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The Impact of Scholarship and Service

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Kayley Cunningham, a scholarship recipient

By Miriam Moynihan | Fontbonne Magazine, Spring 2018

There are times in life when an unexpected voice tells you to listen. That was the message in October when student Kayley Cunningham – a soft-spoken general health studies major from Spanish Lake, Mo. – took her turn at the mic at Fontbonne University’s annual Scholarship Breakfast, an event that celebrates the university’s endowed and annual scholarships. She talked not about herself, but about serving others. And she caught the attention of the Fontbonne community.

“Service for me starts with a passion, ignites with a plan of action and spreads through proaction,” she told the crowd. “It is not about how much or what one gives, but how much we love to give. Our service should find its roots in what we love.”
Her words rang true for Fontbonne President J. Michael Pressimone, who followed her to the podium and paraphrased her message about service, reiterating it again at an all-campus meeting a few days later.

“Every now and then, there are moments that capture the hearts and minds of our community in significant ways, and those moments need to be held up for all to see,” he said later. “It rewards our persistence and affirms that the work we are doing is both necessary and transformative.”

As a student in the Hazelwood School District in St. Louis County, Cunningham was very involved in sports, student council and clubs, but she has always been interested in helping others. Today, she mentors other first-generation students and works as a Fontbonne ambassador, giving tours of Fontbonne’s campus to prospective students. She plans to graduate with a bachelor’s degree in biology, attend graduate school, and work as a medical and legal advocate for those, she said, “without a voice.”

“I am the first of my family to pursue my dreams through higher education,” she told the crowd at the Scholarship Breakfast. “But never for a moment have I been on my own through this endeavor. I have built relationships with faculty, staff and peers that have given me all kinds of new opportunities. When you do something for the love of doing it, you can always find the energy and the motivation to do it again, and you can share the passion you have created with someone else.”

A 4.0 student, Cunningham owes her education, in part, to those donors who helped make it possible. As the recipient of the Sister Margaret Eugene Tucker, CSJ Endowed Scholarship, Cunningham wanted to meet the woman in whose honor her scholarship had been named.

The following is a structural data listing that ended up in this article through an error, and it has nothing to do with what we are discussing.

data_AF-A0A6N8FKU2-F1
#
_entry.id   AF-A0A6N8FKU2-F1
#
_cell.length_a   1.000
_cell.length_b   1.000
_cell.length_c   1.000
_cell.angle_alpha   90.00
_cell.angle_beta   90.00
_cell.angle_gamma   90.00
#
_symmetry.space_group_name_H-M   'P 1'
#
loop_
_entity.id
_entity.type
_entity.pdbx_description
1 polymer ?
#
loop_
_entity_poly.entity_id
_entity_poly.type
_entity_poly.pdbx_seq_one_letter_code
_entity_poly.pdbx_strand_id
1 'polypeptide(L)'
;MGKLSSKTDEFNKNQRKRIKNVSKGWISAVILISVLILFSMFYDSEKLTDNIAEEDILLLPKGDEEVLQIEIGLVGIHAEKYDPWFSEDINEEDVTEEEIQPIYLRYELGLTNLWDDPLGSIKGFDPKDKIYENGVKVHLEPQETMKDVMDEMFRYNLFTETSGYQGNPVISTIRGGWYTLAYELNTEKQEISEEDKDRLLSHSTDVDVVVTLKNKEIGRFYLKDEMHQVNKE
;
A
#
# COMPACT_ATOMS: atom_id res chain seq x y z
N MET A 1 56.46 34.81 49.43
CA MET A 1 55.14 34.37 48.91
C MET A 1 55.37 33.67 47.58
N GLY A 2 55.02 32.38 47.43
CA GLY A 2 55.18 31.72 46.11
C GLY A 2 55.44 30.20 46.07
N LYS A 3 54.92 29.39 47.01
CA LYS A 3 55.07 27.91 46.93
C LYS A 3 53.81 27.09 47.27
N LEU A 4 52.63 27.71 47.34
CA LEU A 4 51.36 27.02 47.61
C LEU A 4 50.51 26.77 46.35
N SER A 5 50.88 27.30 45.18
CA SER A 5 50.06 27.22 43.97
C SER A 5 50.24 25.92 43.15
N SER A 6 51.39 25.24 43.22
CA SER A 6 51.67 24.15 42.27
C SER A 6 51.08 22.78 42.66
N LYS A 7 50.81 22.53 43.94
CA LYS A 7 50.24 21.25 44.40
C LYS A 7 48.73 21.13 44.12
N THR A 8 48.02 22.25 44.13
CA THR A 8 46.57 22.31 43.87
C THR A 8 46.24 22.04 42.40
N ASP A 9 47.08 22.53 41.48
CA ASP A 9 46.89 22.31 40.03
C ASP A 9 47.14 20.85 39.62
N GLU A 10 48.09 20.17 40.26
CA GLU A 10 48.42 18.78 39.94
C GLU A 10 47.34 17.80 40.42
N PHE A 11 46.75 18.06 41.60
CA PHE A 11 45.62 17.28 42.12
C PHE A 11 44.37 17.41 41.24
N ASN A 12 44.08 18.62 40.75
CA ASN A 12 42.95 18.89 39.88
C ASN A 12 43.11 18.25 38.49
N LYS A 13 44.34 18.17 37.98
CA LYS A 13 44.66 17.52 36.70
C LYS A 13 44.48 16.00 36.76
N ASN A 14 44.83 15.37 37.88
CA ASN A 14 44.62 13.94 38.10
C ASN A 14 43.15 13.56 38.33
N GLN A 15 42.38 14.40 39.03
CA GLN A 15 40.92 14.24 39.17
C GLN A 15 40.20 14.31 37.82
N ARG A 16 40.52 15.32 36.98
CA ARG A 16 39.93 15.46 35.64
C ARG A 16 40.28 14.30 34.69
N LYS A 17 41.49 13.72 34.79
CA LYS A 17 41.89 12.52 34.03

Sister Margaret, a 101-year-old Sister of St. Joseph, is a 1955 graduate of Fontbonne who also taught and worked in the administration for 25 years. Although she wasn’t able to attend the Scholarship Breakfast, she enjoyed a personal recitation of Cunningham’s speech and contributed her own thoughts about service.

“It’s also about self-development and the relationships you create,” Sister Margaret said. “People will remember.”

In her speech, Cunningham referred back to the CSJs.

“Mother St. John Fontbonne did not keep her passion to serve to herself,” she noted. “Even in times when she was forbidden to teach or care for the sick, her desire to serve was so strong she had to be imprisoned before she would stop serving those in need.”
The message of the Sisters of St. Joseph stands tall almost 100 years after they founded Fontbonne University. That message — and the support of the university’s scholarship donors who stand behind it — help sustain students even today.

“Every day, in ways large and small, I see examples played out of the transformational education that drives our work at Fontbonne University,” Pressimone said. “Kayley’s comments provided a wonderful example of how our students are transformed over time. It demonstrated how their natural gifts can be cultivated and enhanced in an environment like the Fontbonne University community.”

Editor’s Note:
Sister Margaret Eugene Tucker, CSJ ’55 passed away on Dec. 17, 2017. She was a Sister of St. Joseph for 75 years.

Added Value
Barbara Atteln ’67 with scholarship recipients
Trevor Kubiak (left) and Alexander Jacob ’17.

“When I was a student at Fontbonne, I had no idea what it took to run a university,” said Barbara Atteln ’67. “After I graduated, I didn’t set foot on campus for 40 years. I made my annual donation, and that was it.”